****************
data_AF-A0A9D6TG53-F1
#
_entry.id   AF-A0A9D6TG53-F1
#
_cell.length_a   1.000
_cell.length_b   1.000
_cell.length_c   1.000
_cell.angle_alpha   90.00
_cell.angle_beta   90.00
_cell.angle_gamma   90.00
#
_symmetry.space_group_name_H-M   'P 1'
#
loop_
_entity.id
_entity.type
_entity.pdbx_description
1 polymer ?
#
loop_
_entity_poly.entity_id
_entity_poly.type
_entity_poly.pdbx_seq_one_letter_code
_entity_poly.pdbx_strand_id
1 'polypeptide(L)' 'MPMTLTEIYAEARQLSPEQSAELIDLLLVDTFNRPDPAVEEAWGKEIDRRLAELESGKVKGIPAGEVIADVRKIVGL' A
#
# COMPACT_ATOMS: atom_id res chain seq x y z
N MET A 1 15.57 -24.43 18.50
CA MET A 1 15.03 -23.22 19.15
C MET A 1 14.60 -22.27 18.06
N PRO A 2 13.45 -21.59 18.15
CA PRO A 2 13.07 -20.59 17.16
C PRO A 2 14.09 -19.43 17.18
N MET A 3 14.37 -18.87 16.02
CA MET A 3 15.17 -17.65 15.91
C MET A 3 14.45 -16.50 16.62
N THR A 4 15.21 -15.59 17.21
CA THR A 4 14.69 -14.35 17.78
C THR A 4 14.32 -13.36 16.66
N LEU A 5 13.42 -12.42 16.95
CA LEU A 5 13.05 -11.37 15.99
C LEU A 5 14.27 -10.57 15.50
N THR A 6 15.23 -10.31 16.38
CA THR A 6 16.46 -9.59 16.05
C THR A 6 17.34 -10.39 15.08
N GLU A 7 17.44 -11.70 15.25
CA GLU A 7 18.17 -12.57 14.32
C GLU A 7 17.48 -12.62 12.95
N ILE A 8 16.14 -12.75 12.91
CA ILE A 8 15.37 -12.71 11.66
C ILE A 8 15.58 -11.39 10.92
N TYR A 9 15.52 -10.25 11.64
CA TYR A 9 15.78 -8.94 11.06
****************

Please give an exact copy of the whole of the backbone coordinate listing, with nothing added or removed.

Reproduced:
data_AF-A0A9D6TG53-F1
#
_entry.id   AF-A0A9D6TG53-F1
#
_cell.length_a   1.000
_cell.length_b   1.000
_cell.length_c   1.000
_cell.angle_alpha   90.00
_cell.angle_beta   90.00
_cell.angle_gamma   90.00
#
_symmetry.space_group_name_H-M   'P 1'
#
loop_
_entity.id
_entity.type
_entity.pdbx_description
1 polymer ?
#
loop_
_entity_poly.entity_id
_entity_poly.type
_entity_poly.pdbx_seq_one_letter_code
_entity_poly.pdbx_strand_id
1 'polypeptide(L)' 'MPMTLTEIYAEARQLSPEQSAELIDLLLVDTFNRPDPAVEEAWGKEIDRRLAELESGKVKGIPAGEVIADVRKIVGL' A
#
# COMPACT_ATOMS: atom_id res chain seq x y z
N MET A 1 15.57 -24.43 18.50
CA MET A 1 15.03 -23.22 19.15
C MET A 1 14.60 -22.27 18.06
N PRO A 2 13.45 -21.59 18.15
CA PRO A 2 13.07 -20.59 17.16
C PRO A 2 14.09 -19.43 17.18
N MET A 3 14.37 -18.87 16.02
CA MET A 3 15.17 -17.65 15.91
C MET A 3 14.45 -16.50 16.62
N THR A 4 15.21 -15.59 17.21
CA THR A 4 14.69 -14.35 17.78
C THR A 4 14.32 -13.36 16.66
N LEU A 5 13.42 -12.42 16.95
CA LEU A 5 13.05 -11.37 15.99
C LEU A 5 14.27 -10.57 15.50
N THR A 6 15.23 -10.31 16.38
CA THR A 6 16.46 -9.59 16.05
C THR A 6 17.34 -10.39 15.08
N GLU A 7 17.44 -11.70 15.25
CA GLU A 7 18.17 -12.57 14.32
C GLU A 7 17.48 -12.62 12.95
N ILE A 8 16.14 -12.75 12.91
CA ILE A 8 15.37 -12.71 11.66
C ILE A 8 15.58 -11.39 10.92
N TYR A 9 15.52 -10.25 11.64
CA TYR A 9 15.78 -8.94 11.06